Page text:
House Bill 1071 clarifies the definition of "Approval" of a contractual agreement between governmental agencies and private parties engaged in development.
House Bill 1276 clarifies certain requirements pertaining to criminal history background certifications for employees and volunteers.
Senate Passes Bills Supporting Emergency Responders
The Senate passed two bills last week to help Pennsylvania’s volunteer first responders.
The Senate approved Senate Bill 299 which gives municipalities the option to reduce or waive their local earned income tax for volunteer firefighters and volunteers at nonprofit emergency medical service agencies.
Under the legislation, municipalities would have the authority to set the amount of the tax credit and the guidelines of the program, including specifying the number of calls to which a volunteer must answer and the level of training they must have.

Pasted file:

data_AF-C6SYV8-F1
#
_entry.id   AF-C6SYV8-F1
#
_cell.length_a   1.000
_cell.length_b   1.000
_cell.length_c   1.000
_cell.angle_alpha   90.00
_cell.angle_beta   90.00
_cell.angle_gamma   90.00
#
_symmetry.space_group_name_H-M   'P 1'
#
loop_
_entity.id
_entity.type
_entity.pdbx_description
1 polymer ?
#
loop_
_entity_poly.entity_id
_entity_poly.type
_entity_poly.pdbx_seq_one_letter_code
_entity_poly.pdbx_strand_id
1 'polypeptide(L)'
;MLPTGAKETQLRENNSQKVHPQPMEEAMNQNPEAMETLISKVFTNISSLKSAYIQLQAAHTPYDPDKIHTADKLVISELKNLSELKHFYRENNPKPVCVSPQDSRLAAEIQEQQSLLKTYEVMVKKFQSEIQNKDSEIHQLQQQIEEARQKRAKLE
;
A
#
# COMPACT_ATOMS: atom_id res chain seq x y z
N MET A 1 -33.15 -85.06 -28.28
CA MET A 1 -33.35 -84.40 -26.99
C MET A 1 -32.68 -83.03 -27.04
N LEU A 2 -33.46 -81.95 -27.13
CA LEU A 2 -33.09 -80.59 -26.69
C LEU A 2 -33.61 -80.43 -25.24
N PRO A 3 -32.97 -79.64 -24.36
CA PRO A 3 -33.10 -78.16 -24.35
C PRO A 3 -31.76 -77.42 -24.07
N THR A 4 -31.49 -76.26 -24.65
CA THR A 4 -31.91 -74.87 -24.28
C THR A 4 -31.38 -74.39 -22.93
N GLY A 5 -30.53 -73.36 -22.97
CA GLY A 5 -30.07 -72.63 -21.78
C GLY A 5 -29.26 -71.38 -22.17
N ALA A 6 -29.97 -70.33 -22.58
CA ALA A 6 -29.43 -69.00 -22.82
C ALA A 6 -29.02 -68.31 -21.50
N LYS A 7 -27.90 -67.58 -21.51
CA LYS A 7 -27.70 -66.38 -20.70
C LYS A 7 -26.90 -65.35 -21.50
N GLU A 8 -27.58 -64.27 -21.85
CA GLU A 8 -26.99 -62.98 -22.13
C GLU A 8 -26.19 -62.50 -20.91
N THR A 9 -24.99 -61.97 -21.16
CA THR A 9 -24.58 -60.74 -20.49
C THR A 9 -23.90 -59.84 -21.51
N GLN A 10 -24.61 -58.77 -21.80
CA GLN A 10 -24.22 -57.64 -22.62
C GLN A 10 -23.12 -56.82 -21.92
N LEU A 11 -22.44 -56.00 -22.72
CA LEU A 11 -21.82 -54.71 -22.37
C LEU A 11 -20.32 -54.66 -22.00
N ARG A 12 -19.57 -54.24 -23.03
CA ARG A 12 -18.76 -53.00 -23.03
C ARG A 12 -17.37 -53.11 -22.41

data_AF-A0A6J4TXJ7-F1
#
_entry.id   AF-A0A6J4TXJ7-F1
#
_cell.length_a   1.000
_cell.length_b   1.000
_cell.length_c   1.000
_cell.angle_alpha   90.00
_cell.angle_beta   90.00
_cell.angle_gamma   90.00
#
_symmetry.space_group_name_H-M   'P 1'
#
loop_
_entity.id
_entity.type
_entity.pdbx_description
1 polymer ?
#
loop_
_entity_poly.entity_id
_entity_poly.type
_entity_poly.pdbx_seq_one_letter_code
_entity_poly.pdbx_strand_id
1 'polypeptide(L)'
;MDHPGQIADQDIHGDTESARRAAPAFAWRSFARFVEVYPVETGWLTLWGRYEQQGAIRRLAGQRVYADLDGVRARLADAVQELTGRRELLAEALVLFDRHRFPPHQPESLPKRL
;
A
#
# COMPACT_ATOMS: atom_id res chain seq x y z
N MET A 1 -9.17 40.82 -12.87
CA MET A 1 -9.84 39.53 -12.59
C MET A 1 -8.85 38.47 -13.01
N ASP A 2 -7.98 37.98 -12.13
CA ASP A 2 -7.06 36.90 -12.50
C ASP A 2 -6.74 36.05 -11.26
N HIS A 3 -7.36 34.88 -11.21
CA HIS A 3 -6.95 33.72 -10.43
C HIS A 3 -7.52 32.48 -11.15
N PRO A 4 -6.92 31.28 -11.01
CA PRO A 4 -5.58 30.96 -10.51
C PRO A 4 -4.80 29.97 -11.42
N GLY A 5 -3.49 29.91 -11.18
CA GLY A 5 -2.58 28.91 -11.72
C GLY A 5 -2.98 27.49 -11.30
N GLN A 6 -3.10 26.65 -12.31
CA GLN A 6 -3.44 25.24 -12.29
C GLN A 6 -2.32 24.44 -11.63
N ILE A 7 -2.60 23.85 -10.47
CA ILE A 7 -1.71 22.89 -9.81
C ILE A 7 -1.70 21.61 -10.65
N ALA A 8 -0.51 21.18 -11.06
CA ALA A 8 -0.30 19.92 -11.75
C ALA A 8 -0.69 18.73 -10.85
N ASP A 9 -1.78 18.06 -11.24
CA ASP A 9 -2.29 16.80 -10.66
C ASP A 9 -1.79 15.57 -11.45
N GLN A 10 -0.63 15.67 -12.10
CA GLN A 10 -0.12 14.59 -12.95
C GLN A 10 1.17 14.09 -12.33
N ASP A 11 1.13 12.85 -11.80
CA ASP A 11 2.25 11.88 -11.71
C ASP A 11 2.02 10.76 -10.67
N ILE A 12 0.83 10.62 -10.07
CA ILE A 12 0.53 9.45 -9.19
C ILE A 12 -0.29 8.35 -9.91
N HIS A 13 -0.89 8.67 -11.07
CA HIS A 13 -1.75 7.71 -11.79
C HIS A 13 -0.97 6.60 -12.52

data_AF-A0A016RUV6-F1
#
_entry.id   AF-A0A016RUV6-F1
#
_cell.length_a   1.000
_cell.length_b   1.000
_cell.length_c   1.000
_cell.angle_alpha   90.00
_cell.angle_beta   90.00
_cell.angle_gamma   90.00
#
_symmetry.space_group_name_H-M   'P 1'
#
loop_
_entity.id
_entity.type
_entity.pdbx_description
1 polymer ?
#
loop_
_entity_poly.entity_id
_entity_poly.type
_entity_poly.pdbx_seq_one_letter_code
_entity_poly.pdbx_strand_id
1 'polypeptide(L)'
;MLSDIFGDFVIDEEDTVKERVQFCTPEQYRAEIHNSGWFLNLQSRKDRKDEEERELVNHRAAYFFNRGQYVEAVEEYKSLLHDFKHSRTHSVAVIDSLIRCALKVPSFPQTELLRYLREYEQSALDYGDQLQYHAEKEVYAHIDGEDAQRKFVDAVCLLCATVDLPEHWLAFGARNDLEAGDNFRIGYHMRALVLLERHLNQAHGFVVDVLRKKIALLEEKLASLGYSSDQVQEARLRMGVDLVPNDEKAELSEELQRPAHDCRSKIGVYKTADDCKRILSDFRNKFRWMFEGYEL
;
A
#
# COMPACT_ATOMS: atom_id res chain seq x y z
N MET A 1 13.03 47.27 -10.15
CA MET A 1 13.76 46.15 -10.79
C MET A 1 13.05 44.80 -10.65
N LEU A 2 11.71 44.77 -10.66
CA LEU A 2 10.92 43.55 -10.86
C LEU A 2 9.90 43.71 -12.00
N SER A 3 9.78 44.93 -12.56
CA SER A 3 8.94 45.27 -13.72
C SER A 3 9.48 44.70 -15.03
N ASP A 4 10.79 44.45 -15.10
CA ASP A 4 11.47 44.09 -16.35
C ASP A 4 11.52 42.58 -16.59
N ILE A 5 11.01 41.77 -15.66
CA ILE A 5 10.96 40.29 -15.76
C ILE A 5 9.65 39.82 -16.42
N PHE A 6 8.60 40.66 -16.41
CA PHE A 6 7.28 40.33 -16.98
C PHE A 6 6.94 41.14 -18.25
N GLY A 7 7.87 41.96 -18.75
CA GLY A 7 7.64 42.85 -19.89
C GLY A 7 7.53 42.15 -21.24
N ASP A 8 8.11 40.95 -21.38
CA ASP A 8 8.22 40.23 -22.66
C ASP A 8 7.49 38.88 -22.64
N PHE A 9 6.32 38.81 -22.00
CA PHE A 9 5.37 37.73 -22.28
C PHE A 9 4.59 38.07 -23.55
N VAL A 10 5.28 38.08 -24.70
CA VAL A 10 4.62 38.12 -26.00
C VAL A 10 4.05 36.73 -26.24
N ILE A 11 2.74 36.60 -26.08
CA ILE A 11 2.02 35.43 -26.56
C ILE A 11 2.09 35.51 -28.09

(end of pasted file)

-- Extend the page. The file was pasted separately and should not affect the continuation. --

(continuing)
The Senate also approved legislation that would expand the timeframe restriction on state grants for local fire departments and ambulance services that merge operations.
Currently, if two or more fire and/or EMS companies merge, the newly formed entity is authorized to continue to receive an individual grant from the state Fire and EMS Grant Program for up to five years after the merger.
For example, if three fire companies merge and each received $12,000 from the grant program, the new entity would be entitled to receive the total amount of $36,000 for five years. At the end of the five-year period, the newly formed fire company would only receive $12,000.
Senate Bill 370 extends the sunset provision to 10 years. Both bills now go to the House of Representatives for consideration.
Senate Passes Measure Supporting Rape Victims